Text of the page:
It’s good to hear that your female Barb is back to her old self again! That suggests that her problem was indeed an underinflated swimbladder, and that she has managed to secrete enough additional gas into it to restore neutral buoyancy and correct the situation. As I mentioned, that’s one problem that seahorses are often able to resolve on their own and that seems to be the case with your H. barbouri.
In that event, no treatment should be necessary, Jana. The fact that she was able to readjust her gas bladder so quickly seems to indicate that her brief problem with negative buoyancy wasn’t triggered by internal parasites or any sort of infection. As long as she is eating well, swimming normally, and maintaining her normal upright posture again, there’s no reason to medicate her or her tankmates.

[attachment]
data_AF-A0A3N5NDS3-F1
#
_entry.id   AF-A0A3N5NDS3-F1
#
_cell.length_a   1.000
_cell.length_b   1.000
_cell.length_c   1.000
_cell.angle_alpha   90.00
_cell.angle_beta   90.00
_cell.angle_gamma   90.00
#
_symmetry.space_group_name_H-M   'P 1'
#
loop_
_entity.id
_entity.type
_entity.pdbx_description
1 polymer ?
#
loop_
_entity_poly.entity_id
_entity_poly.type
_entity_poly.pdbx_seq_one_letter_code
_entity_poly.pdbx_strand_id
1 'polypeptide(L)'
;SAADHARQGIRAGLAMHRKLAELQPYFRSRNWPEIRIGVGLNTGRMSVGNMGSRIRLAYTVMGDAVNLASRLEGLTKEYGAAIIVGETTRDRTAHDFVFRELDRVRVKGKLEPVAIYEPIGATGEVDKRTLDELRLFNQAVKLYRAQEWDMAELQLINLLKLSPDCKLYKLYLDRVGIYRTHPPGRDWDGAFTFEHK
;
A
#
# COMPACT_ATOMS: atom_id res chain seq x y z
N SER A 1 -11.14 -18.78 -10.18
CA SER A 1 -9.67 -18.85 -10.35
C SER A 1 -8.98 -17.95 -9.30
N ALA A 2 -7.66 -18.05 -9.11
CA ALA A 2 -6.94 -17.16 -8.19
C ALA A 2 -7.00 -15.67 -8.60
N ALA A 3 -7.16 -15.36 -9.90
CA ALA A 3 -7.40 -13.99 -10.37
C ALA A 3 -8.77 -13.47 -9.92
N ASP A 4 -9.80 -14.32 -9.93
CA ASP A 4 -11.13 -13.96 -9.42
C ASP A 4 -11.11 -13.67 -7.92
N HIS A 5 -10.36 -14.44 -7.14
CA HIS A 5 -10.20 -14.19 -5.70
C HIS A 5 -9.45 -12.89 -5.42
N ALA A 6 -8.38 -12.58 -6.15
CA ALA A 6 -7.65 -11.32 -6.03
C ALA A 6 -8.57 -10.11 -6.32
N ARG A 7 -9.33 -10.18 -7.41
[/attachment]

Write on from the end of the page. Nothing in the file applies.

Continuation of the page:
The next time you’re at your LFS, you might still want to pick up some metronidazole for your fish room medicine cabinet. It’s a useful medication for seahorse keepers to keep on hand.
A water temperature of 71°F-72°F is great for H. erectus and tropical/subtropical seahorses in general, but H. barbouri likes a little warmer temperatures than most seahorses. I wouldn’t warm up your aquarium temperature at this time, however, since with summer fast approaching, your seahorse tank will probably be running around 75°F soon as the ambient air temperature rises.
Best wishes with all of your fishes, Jana!